val apply_eq : ('a,'b) eq -> 'a tau -> 'b tau
for any type tau. Our implementation supports only those tau that are
functors (that is, admit a map operation). That seems sufficient however
for all the common examples.

The following trivial implementation is genuinely safe, meaning it
never leads to segmentation faults, even in principle.

module EQ = struct
  type ('a,'b) eq = Refl of 'a option ref * 'b option ref

  let refl () = let r = ref None in Refl (r,r)

  let symm : ('a,'b) eq -> ('b,'a) eq = function 
      Refl (x,y) -> Refl (y,x)

  let apply_eq : ('a,'b) eq -> 'a -> 'b = function
      Refl (rx,ry) -> fun x ->
        rx := Some x;
        match !ry with
	| Some y -> rx := None; y
	|     _  -> failwith "Impossible"

We show briefly one of the examples from typed printf/scanf
sharing the same format descriptor (which is first-class and can be
built incrementally):

let tp2 = sprintf (f_lit "Hello " ^^ f_lit "world" ^^ f_char) '!';;
(* val tp2 : string = "Hello world!" *)

let ts2 = sscanf tp2 (f_lit "Hello " ^^ f_lit "world" ^^ f_char) (fun x -> x);;
(* val ts2 : char * string = ('!', "") *)

(* Formats are first-class and can be constructed incrementally *)
let fmt31 () = f_lit "The value of " ^^ f_char ^^ f_lit " is ";;
(* val fmt31 : unit -> ('a, char -> 'a) fmt *)

let fmt3 () = fmt31 () ^^ f_int;;
(* val fmt3 : unit -> ('a, char -> int -> 'a) fmt *)

let tp3 = sprintf (fmt3 ()) 'x' 3;;
(* val tp3 : string = "The value of x is 3" *)

(* What we print, we can parse back *)
let ts3 = sscanf tp3 (fmt3 ()) (fun x n -> (x,n));;
(* val ts3 : (char * int) * string = (('x', 3), "") *)

The example is a straightforward re-implementation of the Haskell code

In particular, the GADT defining a domain-specific language of format
descriptors is written in OCaml as follows:

type ('a,'b) fmt =
  | FLit of < m_flit : 'w. (('a,'b) eq -> string -> 'w) -> 'w >
  | FInt of < m_fint : 'w. ((int -> 'a,'b) eq -> 'w) -> 'w >
  | FChr of < m_fchr : 'w. ((char -> 'a,'b) eq -> 'w) -> 'w >
  | FCmp of < m_fcmp : 'w. ('a,'b,'w) fcmp_k -> 'w >
      (* The standard encoding of existentials *)
and ('a,'c,'w) fcmp_k = 
    {fcmp_k : 'b. ('b,'c) fmt * ('a,'b) fmt -> 'w}

We can (mechanically) define smart constructors:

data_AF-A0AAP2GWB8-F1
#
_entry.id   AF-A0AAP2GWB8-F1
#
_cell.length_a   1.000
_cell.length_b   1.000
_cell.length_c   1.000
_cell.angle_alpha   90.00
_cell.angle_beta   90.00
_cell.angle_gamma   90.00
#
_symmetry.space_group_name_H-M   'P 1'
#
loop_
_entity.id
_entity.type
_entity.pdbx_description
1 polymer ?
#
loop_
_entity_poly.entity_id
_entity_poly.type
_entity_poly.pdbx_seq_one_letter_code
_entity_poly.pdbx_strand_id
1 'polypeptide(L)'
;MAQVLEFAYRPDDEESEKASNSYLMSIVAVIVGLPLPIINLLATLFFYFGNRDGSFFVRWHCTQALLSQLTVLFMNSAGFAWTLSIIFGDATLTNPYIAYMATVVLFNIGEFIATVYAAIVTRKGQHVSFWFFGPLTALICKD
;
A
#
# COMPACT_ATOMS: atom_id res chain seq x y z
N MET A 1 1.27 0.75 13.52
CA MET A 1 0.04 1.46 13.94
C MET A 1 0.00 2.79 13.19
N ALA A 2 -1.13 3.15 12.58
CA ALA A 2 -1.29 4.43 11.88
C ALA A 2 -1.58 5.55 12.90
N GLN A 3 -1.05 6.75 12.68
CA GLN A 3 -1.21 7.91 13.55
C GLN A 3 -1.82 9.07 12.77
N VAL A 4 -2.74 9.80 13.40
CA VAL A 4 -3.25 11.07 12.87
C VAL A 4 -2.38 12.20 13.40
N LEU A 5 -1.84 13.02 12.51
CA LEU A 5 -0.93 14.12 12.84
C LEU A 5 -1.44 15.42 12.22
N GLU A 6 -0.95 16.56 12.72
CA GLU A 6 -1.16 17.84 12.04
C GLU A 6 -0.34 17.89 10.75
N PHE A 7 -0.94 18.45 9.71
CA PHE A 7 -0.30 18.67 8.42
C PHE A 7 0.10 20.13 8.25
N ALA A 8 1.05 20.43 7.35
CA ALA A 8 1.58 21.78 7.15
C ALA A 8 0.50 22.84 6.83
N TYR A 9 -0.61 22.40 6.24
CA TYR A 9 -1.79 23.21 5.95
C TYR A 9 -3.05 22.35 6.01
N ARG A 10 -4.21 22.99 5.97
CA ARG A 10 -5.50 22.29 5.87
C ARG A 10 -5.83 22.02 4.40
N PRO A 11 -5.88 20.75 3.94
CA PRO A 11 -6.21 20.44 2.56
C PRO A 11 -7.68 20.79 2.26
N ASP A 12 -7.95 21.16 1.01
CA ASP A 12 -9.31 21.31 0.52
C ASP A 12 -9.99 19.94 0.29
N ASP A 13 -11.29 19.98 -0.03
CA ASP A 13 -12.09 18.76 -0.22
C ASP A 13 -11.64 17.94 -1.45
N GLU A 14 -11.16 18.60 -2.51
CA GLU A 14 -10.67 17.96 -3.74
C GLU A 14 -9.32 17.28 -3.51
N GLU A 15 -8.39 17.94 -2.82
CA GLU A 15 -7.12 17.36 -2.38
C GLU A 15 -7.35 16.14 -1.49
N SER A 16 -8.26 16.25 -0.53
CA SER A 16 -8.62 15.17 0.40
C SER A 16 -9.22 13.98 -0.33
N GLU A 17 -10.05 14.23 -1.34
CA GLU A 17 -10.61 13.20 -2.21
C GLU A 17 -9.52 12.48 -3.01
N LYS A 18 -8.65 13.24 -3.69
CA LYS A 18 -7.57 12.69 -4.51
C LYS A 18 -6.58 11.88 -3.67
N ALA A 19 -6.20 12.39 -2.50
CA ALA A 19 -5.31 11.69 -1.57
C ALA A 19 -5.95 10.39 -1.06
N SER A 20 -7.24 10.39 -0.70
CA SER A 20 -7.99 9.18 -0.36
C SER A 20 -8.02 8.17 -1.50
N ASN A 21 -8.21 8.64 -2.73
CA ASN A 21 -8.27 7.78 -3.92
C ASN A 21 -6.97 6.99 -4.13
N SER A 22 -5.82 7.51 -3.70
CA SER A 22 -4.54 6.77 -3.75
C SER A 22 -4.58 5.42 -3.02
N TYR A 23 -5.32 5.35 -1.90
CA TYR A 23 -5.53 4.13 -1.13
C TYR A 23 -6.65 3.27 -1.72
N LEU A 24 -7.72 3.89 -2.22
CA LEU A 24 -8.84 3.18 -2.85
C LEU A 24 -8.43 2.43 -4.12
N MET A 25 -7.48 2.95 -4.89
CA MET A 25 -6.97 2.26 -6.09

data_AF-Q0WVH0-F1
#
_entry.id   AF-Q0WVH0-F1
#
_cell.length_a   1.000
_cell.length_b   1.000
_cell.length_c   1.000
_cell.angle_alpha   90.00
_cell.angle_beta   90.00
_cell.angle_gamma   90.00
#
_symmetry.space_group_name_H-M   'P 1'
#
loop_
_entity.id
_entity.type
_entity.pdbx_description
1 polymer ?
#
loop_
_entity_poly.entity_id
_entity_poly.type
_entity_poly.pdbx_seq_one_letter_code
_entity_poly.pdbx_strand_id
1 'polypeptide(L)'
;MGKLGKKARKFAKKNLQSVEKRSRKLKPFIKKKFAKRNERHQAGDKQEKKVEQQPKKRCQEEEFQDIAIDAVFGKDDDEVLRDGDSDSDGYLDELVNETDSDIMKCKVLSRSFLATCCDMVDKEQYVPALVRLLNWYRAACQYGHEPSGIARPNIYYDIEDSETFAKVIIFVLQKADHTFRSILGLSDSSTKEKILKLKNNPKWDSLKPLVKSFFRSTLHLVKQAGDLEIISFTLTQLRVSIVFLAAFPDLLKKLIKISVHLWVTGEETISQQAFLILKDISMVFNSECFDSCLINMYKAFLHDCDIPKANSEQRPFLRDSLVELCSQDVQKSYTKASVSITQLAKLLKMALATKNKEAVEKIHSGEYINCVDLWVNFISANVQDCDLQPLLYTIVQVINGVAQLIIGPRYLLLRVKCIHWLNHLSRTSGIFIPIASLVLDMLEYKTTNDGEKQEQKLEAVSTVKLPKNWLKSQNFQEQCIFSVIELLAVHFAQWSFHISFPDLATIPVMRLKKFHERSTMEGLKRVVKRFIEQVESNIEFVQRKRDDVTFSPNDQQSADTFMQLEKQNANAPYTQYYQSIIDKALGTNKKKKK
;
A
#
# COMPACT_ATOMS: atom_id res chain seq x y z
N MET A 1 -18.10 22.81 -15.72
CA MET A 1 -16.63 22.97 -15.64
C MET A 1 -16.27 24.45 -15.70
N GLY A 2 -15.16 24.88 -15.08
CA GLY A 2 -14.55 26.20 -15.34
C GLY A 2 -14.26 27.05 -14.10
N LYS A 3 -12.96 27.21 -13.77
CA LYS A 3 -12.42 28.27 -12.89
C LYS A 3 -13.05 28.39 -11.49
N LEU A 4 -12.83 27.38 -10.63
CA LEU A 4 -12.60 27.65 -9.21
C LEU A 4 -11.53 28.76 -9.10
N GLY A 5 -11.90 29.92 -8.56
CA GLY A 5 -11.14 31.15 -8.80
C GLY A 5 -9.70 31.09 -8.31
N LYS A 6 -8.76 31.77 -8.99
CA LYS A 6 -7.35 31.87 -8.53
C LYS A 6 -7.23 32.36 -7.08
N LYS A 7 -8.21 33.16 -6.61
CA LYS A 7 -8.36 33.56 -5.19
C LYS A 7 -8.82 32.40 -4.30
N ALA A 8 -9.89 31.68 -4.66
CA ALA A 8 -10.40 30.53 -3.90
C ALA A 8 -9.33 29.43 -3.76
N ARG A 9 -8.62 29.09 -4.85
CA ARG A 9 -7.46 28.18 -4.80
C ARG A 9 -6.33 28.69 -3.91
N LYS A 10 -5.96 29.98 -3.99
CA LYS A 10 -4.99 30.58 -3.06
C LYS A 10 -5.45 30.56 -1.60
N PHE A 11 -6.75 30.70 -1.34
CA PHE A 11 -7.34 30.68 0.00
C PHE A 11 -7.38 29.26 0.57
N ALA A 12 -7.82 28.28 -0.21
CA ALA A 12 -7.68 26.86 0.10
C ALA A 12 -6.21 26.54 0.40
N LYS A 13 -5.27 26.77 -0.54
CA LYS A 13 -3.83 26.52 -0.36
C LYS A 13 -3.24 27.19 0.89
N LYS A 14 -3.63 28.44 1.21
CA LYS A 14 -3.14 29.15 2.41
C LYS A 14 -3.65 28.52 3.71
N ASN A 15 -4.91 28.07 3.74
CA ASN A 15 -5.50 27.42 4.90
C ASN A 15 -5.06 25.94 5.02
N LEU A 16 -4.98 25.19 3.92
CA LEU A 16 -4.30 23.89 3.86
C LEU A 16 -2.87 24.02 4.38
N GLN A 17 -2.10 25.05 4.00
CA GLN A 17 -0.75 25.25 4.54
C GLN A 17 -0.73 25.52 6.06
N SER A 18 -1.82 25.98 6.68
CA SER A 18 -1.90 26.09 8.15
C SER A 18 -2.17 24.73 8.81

let f_lit x 
    = FLit (object method m_flit : 'w. (('a,'b) eq -> string -> 'w) -> 'w
	= fun k -> k (refl ()) x end);;
(* val f_lit : string -> ('a, 'a) fmt *)

let f_int 
    = FInt (object method m_fint : 'w. ((int -> 'a,'b) eq -> 'w) -> 'w
	= fun k -> k (refl ()) end);;
(* val f_int : ('a, int -> 'a) fmt *)

We show one interpreter of the DSL, to format values into a string:

type print_sig = {pr: 'a 'b. ('a,'b) fmt -> (string -> 'a) -> 'b};;
let rec printer = {pr = 
   | FLit x -> fun k -> x#m_flit (fun eq x -> apply_eq eq (k x))
   | FInt x -> fun k -> x#m_fint (fun eq   -> apply_eq eq 
	 (fun x -> k (string_of_int x)))
   | FChr x -> fun k -> x#m_fchr (fun eq   -> apply_eq eq 
	 (fun x -> k (String.make 1 x)))
   | FCmp x -> fun k ->
       x#m_fcmp {fcmp_k = 
	  fun (a,b) -> a (fun sa ->
	       b (fun sb -> k (sa ^ sb)))}
let sprintf fmt = fmt (fun x -> x);;
(* val sprintf : (string, 'a) fmt -> 'a *)

The code is rather straightforward.  One can build many similar
interpreters, e.g., to direct the output into any suitable data
sink. No changes to the format descriptor or the library is
Dario Teixeira then replied:
Very interesting -- clever, yet so simple!  But note that as far as the
link-nodes-shall-not-be-ancestors-of-their-kind problem is concerned, there
is one problem with the presented implementation.  Consider the following

let t1 = text "ola"
let t2 = href "http"
let t3 = bold [t1; t2]
let t4 = mref "http" [t1]

This causes an error upon t4. The reason is that because of t3, t1 was unified
as "node_link node_t", whereas t4 requires it to be "node_nolink node_t". I
think the solution is to revert to using polymorphic variants for the phantom
type, and take advantage of their open-ended nature. (Though I'm guessing some
extra massaging will be required -- it's Sunday and I don't have much time to
look into this).

Anyway, perhaps the Batteries folks will consider including both versions
of the Eq module?  It will certainly prove useful for many people. (Am I
correct in assuming you are releasing the code into the public domain or
at least some open-source friendly license?)
Edgar Friendly then said:
> Anyway, perhaps the Batteries folks will consider including both versions
> of the Eq module?  It will certainly prove useful for many people. (Am I
> correct in assuming you are releasing the code into the public domain or
> at least some open-source friendly license?)

Absolutely - this kind of thing seems perfect for batteries included.  I
still need to wrap my head around exactly how to use it, but I'm very
happy to have more flexible types available.

Other Caml News

From the ocamlcore planet blog:
Thanks to Alp Mestan, we now include in the Caml Weekly News the links to the
recent posts from the ocamlcore planet blog at


Debcamp, Debconf 9 and OCaml:

Old cwn

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Alan Schmitt